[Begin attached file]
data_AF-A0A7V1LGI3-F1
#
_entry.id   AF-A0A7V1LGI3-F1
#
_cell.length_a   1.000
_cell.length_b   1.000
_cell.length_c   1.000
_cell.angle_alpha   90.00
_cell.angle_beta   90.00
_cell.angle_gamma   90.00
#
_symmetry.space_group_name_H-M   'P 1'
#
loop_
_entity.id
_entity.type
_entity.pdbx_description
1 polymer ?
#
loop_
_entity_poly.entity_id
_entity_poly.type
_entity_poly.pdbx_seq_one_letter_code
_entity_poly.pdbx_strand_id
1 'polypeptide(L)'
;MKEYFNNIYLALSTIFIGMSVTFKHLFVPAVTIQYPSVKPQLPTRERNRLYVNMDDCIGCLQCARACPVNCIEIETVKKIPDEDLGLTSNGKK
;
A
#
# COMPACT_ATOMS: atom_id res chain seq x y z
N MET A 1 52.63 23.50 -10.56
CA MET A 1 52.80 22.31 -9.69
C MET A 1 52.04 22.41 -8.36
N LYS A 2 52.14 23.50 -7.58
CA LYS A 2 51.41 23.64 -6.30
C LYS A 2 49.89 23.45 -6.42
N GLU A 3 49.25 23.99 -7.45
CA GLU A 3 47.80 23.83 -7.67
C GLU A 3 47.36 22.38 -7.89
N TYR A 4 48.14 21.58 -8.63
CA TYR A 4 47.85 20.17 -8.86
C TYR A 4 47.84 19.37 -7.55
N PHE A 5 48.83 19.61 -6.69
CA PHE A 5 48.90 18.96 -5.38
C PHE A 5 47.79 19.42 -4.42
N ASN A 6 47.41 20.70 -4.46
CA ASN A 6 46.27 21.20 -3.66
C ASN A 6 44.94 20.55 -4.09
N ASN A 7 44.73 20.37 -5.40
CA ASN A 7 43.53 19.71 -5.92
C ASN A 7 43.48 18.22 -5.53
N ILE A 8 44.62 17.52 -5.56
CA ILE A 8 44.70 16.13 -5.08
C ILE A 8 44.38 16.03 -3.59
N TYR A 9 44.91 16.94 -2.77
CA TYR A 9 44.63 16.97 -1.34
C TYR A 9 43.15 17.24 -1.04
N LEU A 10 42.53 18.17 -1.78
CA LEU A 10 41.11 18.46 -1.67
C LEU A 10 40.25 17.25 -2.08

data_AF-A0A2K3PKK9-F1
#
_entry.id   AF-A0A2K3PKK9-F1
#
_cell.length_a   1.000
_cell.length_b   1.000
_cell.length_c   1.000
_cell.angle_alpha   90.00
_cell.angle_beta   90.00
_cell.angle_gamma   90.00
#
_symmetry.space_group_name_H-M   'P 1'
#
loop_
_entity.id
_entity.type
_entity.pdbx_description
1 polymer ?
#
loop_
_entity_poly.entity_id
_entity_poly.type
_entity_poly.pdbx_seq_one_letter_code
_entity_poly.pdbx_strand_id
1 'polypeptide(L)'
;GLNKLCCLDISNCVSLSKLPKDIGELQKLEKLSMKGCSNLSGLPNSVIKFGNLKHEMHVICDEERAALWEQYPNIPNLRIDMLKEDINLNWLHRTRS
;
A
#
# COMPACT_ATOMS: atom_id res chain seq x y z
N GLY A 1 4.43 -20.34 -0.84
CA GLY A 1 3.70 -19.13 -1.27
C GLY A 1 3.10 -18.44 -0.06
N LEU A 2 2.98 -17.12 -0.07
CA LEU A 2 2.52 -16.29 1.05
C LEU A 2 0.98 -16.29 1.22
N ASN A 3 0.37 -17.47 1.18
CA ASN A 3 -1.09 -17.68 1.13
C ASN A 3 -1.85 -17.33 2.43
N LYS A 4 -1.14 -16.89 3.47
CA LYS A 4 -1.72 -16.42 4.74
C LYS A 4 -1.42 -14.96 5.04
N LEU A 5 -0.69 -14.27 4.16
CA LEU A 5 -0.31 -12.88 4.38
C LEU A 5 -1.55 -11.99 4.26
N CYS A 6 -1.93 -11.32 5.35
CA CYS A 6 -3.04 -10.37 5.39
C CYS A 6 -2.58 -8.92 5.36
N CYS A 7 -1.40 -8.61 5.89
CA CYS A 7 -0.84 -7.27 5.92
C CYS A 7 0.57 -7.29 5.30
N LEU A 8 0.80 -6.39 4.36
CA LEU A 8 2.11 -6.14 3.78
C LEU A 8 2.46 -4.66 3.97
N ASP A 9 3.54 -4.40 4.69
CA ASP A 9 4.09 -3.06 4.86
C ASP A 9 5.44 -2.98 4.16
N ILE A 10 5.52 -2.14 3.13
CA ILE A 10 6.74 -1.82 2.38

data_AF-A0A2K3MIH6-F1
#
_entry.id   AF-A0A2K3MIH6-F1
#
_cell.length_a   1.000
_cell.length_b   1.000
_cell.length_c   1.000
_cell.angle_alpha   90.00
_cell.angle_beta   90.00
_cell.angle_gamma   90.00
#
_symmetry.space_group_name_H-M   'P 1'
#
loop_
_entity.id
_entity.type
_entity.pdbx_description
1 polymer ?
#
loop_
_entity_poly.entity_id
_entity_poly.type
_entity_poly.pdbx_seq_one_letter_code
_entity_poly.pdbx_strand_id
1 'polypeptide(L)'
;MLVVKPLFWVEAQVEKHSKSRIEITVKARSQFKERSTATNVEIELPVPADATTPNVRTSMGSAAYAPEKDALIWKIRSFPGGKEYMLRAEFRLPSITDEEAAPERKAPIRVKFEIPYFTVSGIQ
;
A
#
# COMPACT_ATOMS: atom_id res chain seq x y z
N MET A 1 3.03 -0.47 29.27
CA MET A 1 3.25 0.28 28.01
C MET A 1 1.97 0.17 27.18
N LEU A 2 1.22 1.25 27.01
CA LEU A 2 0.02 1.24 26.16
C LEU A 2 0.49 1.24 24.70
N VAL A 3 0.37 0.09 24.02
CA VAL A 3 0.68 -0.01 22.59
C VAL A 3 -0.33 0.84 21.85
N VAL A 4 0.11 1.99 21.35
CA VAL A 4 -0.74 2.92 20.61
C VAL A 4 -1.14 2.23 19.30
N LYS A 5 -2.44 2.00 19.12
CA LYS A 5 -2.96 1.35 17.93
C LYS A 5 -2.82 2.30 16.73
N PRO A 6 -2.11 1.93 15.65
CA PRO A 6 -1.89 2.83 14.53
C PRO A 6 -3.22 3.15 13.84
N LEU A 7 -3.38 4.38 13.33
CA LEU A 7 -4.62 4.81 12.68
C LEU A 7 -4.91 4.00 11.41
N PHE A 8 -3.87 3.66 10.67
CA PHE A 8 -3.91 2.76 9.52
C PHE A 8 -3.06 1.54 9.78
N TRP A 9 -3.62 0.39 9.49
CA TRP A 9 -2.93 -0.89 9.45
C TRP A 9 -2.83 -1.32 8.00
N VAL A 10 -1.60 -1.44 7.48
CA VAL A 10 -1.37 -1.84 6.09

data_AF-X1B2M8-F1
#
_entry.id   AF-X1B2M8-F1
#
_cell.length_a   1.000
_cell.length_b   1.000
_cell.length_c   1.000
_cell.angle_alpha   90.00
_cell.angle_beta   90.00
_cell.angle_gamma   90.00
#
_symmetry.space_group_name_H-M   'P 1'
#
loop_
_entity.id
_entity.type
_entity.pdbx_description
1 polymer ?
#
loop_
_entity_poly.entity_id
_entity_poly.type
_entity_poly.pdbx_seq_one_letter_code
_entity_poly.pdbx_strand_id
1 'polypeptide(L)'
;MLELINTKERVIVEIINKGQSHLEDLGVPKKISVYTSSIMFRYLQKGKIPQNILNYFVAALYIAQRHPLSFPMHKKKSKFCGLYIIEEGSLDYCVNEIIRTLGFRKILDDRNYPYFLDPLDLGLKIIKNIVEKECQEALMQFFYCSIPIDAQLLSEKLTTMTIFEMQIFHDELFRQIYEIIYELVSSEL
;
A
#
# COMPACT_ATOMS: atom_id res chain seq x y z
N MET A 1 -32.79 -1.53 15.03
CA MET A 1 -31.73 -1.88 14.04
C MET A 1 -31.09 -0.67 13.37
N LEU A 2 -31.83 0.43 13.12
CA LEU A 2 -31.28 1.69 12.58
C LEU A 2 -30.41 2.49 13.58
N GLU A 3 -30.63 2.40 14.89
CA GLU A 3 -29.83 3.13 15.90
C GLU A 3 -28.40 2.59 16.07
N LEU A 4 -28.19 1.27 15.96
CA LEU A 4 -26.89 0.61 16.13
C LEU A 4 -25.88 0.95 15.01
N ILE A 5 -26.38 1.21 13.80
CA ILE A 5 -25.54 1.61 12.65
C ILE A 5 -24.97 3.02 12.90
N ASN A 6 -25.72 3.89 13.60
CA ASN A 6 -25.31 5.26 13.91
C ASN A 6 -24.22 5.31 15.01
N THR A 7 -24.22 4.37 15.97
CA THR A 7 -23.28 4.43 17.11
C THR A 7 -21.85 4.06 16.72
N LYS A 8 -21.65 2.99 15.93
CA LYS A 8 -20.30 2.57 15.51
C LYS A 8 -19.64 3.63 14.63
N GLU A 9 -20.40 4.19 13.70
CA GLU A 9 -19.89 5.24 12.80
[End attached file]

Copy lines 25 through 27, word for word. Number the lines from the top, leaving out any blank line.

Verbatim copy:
1 'polypeptide(L)'
;MKEYFNNIYLALSTIFIGMSVTFKHLFVPAVTIQYPSVKPQLPTRERNRLYVNMDDCIGCLQCARACPVNCIEIETVKKIPDEDLGLTSNGKK
;